Wednesday, March 28, 2007

Former Black Panther denied entry to Canada

Maria Kubacki, CanWest News Service
Published: Friday, March 23, 2007

OTTAWA -- The Canadian government is refusing Bobby Seale entry to Canada and denying students an opportunity to hear a legendary civil rights activist, according to a University of Ottawa group that invited the former Black Panther Party chairman to speak at an event this weekend.

The University of Ottawa branch of the Ontario Public Interest Research Group (OPIRG) -- a student group dedicated to social, economic and environmental justice -- invited Seale to give the keynote address on racism and oppression at a conference this Saturday.

But they found out last week that he would not be allowed to enter the country, according to OPIRG board member and University of Ottawa student Michael Cheevers.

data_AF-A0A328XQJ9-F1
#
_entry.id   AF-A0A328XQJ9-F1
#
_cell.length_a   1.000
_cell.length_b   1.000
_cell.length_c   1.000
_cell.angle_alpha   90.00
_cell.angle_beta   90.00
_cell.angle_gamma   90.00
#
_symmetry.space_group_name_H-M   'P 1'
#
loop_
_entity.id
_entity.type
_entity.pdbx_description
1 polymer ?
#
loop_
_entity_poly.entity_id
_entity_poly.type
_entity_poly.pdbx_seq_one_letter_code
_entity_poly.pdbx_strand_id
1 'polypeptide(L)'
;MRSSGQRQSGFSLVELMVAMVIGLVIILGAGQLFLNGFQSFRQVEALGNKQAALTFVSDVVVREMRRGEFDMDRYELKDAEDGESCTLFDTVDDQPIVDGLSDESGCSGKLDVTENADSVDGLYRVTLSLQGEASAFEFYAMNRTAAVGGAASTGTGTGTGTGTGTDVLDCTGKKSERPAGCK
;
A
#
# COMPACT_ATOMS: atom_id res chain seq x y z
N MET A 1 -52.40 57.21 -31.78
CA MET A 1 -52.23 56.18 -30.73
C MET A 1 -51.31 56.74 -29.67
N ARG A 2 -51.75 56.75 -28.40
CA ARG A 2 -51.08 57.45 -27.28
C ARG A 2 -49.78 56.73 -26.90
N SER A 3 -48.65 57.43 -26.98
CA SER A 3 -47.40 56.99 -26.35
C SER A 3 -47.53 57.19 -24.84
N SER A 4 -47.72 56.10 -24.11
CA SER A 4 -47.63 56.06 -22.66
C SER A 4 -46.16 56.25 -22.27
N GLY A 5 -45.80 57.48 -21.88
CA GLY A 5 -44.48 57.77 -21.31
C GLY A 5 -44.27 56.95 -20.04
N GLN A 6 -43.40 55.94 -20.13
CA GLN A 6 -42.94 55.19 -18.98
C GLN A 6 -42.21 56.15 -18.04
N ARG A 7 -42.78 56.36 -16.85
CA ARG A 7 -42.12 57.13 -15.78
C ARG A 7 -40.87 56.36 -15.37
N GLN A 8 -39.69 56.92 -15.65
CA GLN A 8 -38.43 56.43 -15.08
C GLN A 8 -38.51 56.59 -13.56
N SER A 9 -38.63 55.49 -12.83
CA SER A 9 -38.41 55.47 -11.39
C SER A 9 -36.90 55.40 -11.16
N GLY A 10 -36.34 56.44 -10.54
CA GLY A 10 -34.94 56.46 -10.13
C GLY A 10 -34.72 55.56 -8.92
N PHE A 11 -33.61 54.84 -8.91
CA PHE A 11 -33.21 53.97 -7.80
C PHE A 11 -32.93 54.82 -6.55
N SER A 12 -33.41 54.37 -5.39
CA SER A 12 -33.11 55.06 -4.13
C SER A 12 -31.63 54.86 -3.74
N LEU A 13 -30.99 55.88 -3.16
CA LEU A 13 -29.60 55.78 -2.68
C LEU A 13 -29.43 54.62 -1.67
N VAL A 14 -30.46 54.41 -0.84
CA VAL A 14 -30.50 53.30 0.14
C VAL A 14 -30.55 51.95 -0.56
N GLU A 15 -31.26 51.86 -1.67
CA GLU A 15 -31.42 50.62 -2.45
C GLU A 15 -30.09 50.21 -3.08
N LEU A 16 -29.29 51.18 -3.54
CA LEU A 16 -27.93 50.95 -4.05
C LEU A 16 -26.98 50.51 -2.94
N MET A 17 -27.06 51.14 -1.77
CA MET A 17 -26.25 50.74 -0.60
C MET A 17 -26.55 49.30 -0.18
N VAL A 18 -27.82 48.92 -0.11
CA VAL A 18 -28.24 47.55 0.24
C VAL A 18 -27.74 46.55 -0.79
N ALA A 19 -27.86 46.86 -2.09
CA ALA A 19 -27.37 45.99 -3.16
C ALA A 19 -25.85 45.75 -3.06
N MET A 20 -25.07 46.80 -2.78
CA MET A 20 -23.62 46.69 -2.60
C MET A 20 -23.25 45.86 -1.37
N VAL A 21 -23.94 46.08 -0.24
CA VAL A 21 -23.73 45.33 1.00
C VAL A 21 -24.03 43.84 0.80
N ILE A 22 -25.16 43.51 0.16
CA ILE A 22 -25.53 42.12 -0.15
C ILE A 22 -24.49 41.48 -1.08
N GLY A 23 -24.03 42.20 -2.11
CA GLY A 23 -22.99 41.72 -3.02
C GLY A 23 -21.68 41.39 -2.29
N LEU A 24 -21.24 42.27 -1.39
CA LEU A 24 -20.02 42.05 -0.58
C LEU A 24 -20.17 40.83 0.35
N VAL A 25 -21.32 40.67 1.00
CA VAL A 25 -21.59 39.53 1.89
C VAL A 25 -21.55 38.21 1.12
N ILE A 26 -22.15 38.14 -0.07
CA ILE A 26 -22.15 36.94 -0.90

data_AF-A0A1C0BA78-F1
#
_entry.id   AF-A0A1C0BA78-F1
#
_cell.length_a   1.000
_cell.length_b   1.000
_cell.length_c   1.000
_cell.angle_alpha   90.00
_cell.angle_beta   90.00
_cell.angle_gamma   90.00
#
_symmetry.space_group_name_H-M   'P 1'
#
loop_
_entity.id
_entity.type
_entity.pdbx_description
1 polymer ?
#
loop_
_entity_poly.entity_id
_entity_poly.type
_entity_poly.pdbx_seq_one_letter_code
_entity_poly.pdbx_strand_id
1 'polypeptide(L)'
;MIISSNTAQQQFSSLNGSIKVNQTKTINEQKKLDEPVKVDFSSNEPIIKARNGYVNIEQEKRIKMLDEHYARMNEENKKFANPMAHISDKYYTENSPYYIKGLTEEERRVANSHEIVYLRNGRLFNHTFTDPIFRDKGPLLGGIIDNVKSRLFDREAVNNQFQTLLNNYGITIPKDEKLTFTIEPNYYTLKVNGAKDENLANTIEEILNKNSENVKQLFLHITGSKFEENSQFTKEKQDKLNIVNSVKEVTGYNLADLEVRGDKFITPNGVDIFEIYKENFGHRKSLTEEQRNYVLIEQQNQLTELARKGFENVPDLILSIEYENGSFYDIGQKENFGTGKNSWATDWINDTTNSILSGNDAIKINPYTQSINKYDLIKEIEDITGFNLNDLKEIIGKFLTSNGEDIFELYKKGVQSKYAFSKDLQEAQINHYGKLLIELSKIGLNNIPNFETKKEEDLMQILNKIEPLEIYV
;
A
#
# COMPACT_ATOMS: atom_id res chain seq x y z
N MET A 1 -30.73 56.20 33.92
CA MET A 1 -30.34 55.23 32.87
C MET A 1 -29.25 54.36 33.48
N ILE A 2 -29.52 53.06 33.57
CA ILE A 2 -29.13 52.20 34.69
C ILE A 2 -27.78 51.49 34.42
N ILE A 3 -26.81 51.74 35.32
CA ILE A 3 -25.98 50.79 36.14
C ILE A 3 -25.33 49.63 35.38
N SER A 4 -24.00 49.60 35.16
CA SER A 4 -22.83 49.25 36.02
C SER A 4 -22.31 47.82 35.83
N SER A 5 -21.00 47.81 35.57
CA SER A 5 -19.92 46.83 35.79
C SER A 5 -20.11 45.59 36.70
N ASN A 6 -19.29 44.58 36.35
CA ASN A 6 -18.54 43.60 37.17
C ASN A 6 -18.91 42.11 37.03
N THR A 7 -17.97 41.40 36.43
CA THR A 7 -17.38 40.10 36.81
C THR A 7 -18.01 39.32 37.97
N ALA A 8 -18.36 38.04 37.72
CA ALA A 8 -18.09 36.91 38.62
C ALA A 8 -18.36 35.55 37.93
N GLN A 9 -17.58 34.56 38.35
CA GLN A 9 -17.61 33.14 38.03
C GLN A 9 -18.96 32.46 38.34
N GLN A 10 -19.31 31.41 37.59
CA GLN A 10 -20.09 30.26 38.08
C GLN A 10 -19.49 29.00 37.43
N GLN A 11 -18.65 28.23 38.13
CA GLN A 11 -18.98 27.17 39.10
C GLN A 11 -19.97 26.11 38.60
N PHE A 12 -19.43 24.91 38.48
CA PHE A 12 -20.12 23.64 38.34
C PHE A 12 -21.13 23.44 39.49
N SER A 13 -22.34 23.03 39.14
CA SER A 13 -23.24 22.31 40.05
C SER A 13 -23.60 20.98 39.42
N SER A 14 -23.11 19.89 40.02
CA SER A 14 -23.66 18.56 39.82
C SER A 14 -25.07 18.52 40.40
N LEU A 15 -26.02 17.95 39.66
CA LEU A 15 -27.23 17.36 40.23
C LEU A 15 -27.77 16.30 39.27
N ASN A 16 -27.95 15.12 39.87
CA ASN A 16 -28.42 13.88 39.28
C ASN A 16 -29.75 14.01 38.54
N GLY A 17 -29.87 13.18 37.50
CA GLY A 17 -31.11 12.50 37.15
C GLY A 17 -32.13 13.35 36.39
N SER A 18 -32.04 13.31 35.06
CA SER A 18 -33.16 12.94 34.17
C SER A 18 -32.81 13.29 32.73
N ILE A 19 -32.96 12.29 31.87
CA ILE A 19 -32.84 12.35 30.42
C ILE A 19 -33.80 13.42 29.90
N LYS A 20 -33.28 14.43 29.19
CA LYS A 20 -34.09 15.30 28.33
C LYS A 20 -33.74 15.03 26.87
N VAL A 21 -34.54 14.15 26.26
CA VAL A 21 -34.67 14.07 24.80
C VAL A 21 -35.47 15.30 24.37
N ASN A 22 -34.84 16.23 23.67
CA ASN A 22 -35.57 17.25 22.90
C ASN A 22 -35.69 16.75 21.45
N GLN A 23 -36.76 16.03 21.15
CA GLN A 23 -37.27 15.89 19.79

"We decided Bobby Seale would be awesome for this because he's not only an iconic figure of the civil rights movement but he also has some great messages against racism and oppression," said Cheevers.

In a letter to Public Safety Minister Stockwell Day protesting the decision to deny Seale permission to come to Ottawa, Cheevers wrote that, "There are no valid reasons to prevent him from speaking in Canada now, considering he has been allowed to speak multiple times in this country since the 1960s, in particular to raise awareness in high schools about racism and related issues."

Seale, 71, was the chairman and co-founder, along with Huey Newton, of the Black Panther Party, an organization formed in 1966 to combat police brutality in black neighbourhoods but which evolved into a militant Marxist revolutionary group.

No comments: